TorQ – CME Data Processing Add-on

Aidan O'Gorman datablog, kdb, kdb+, TorQ 2 Comments

Our new addition to the TorQ framework presents a method for processing historical data in its native FIX format from the CME, building and maintaining an order book, and writing this data to disk in a variety of approaches suited to query efficiency or space efficiency. Our example data set is FX futures contracts of 11 major currency pairs, but this method should equally apply to all historical CME market data.

Capabilities

The CME parser is designed to complete the following tasks:
  • Parse CME MDP 3.0 FIX messages from both extracted and gzipped files on disk.
  • Store these messages as raw Quote, Trade and Security Definition tables (with the raw CME FIX data fields).
  • Build an order book from the Quote table with as many levels as the Security Definition states.
  • Derive more traditional user-friendly Quote and Trade tables from the above tables.
  • Save these tables to disk.
Features of the CME parser:
  • The parser is designed to process files as quickly as possible in order for the data to be available quickly after it is published.
  • Reads data in from the file in chunks to minimize memory usage while parsing data.
  • The codebase is reasonably flexible to small changes in CME specification, in case of updates to the CME MDP format.
  • Allows for flexibility on how the data is stored on disk.
    • Narrow Book table takes up less space on disk, but has less granularity in the data.
    • Wide Book table takes up more space on disk, but can retain more data about the order and state of the book at given time.
    • Optionally store raw CME messages as quote, trade and security definition tables on disk.
  • The process can be started easily from the command line and passed paths of files in either explicit or wildcard format.
  • The process can be monitored by reading log files split into out (information messages), err (Errors) and usage (Inter-process communication).
Limitations:
  • The parser can only process raw and gzipped CME MDP 3.0 FIX log files, if the data is compressed in a different format the files will need to be manually decompressed.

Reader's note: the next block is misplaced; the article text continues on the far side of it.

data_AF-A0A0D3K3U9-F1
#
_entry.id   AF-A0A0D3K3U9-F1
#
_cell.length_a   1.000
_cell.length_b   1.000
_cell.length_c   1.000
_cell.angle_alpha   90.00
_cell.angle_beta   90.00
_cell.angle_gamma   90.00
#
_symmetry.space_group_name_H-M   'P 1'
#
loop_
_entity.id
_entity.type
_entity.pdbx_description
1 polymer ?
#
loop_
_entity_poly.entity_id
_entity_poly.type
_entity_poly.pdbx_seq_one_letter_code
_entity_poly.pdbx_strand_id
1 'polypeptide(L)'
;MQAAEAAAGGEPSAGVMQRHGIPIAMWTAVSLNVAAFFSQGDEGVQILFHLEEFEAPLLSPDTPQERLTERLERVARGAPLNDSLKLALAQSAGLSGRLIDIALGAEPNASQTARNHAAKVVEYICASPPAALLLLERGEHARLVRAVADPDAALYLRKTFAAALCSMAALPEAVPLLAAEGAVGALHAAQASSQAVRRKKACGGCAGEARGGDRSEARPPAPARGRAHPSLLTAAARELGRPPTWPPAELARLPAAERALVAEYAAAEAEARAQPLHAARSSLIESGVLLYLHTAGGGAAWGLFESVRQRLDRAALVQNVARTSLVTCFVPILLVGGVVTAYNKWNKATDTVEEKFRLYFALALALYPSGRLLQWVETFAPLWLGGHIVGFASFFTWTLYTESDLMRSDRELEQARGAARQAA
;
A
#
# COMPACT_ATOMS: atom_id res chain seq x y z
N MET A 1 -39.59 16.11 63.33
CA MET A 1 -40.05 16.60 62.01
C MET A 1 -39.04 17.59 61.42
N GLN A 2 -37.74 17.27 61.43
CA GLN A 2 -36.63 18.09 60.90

• The parser cannot process real time data, it is designed to parse CME FIX MDP 3.0 historical datamine logfiles. If you would like information on how to parse, store and query realtime CME data, please contact AquaQ.

Maintaining the data

The schema for the book maintaining script comes with two options, a “wide book” and a “tall book”. The wide book maintains the full status of the book in every line. his presents a schema which is very easy to query, at the cost of storage space.

Schematic of the data processing structure within the framework

SCHEMATIC OF THE DATA PROCESSING STRUCTURE WITHIN THE FRAMEWORK

In contrast, the tall book stores only what has changed on each update for the appropriate side. The table is thus smaller, since only the level which has been changed (and those below in the case certain updates) on a single side must be changed with each message. Examples on the flags used to switch between processing formats, a sample of the wide book, tall book, a single entry at a single level, and an appropriate query to return a book for a single sym at a certain time are shown on the repo documentation.

Using this add-on to our framework, historical data from the CME can be rapidly and flexibly converted into an easily queried format.
If you’d like to know more, feel free to contact us directly or through or our TorQ group.

Aidan O'GormanTorQ – CME Data Processing Add-on

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